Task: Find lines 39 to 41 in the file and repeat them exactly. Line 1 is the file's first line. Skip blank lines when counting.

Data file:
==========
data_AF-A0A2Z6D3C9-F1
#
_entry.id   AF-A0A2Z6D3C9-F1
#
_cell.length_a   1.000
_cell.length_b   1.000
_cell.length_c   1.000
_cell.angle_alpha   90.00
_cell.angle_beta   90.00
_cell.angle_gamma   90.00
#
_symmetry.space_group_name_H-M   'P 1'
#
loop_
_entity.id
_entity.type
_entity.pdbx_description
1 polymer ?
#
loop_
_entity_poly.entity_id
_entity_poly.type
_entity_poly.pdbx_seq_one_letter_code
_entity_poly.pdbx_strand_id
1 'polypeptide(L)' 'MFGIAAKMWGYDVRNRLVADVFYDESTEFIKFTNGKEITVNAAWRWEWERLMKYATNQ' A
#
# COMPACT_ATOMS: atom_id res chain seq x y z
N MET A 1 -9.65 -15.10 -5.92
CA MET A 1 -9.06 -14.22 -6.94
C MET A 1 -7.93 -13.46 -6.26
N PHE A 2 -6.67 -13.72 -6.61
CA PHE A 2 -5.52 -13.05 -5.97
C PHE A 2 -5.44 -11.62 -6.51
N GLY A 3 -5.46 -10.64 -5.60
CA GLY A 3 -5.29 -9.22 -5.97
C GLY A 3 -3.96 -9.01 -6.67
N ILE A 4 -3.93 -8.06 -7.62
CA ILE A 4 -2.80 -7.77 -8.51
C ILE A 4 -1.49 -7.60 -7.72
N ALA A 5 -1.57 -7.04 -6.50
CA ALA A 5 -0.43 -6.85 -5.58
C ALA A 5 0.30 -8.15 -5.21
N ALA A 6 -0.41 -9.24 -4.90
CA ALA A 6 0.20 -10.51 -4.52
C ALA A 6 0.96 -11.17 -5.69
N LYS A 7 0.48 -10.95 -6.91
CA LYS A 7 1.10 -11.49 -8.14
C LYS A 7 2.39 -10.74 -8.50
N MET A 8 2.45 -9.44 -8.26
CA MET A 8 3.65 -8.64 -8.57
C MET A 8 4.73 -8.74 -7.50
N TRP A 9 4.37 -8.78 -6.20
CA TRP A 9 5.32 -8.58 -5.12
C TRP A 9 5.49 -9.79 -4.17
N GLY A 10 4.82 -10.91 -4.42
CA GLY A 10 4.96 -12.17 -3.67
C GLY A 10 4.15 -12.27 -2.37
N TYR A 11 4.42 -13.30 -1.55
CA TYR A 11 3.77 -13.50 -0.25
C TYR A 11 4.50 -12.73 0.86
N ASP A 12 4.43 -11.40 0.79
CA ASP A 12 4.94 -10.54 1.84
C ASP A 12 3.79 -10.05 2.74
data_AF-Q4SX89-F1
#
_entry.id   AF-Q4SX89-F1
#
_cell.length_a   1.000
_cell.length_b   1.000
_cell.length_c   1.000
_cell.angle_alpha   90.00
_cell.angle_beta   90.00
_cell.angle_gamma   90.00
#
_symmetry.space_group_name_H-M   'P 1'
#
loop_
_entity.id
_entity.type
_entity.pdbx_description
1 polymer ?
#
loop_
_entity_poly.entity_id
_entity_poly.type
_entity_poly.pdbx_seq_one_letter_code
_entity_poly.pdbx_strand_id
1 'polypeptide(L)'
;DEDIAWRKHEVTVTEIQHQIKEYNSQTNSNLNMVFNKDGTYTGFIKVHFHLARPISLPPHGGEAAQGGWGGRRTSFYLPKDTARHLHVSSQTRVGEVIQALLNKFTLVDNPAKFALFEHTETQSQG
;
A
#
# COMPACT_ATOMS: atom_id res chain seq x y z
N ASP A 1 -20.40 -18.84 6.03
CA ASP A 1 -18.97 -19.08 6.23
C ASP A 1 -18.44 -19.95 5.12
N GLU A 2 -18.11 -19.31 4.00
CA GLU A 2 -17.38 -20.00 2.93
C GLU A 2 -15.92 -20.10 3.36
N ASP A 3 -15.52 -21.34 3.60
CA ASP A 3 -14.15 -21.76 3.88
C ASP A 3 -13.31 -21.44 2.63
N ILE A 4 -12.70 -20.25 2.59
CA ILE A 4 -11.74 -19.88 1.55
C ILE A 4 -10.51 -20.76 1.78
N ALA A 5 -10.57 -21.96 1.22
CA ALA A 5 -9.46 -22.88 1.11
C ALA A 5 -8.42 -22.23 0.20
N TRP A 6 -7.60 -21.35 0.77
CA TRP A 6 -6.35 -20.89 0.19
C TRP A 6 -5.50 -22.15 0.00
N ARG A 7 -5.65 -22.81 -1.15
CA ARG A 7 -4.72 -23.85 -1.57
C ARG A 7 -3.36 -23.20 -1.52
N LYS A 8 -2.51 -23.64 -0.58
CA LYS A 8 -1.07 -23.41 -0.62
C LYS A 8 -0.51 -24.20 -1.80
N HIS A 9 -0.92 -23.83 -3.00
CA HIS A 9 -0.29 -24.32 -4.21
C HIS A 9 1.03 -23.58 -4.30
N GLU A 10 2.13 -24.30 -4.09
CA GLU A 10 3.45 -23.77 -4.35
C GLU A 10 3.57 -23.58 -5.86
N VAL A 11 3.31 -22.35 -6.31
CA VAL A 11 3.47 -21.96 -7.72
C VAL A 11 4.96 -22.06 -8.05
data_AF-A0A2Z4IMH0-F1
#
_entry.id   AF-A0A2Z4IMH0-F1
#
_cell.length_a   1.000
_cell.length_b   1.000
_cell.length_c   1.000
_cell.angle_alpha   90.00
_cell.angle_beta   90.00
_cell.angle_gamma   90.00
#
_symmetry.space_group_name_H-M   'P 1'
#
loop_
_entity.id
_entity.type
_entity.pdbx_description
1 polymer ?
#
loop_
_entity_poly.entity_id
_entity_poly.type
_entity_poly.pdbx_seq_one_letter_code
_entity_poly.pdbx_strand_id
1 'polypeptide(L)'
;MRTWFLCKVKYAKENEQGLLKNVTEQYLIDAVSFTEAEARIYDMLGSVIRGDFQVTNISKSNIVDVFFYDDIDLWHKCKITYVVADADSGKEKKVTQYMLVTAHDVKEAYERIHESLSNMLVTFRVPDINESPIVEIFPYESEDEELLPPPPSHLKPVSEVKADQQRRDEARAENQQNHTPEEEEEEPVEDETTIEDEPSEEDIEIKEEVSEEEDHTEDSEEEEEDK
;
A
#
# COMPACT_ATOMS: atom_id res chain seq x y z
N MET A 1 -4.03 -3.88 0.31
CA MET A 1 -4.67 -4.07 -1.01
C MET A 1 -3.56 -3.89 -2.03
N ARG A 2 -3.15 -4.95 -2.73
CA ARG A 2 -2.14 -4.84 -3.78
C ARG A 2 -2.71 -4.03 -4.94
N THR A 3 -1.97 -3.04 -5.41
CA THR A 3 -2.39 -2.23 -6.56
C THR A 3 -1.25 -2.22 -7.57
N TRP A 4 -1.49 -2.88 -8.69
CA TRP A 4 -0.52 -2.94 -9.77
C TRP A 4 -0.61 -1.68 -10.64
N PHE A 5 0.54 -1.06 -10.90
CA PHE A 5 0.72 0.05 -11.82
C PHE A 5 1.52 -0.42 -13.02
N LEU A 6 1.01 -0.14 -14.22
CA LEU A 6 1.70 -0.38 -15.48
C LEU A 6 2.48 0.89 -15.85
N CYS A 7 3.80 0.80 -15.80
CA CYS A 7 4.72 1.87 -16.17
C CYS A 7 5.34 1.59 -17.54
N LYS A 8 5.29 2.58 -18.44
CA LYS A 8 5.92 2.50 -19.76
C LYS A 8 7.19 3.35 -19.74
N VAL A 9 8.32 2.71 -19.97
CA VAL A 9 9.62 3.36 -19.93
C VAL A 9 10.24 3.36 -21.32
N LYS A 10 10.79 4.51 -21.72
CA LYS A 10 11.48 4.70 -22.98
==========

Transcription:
C ILE A 4 -1.49 -7.60 -7.72
N ALA A 5 -1.57 -7.04 -6.50
CA ALA A 5 -0.43 -6.85 -5.58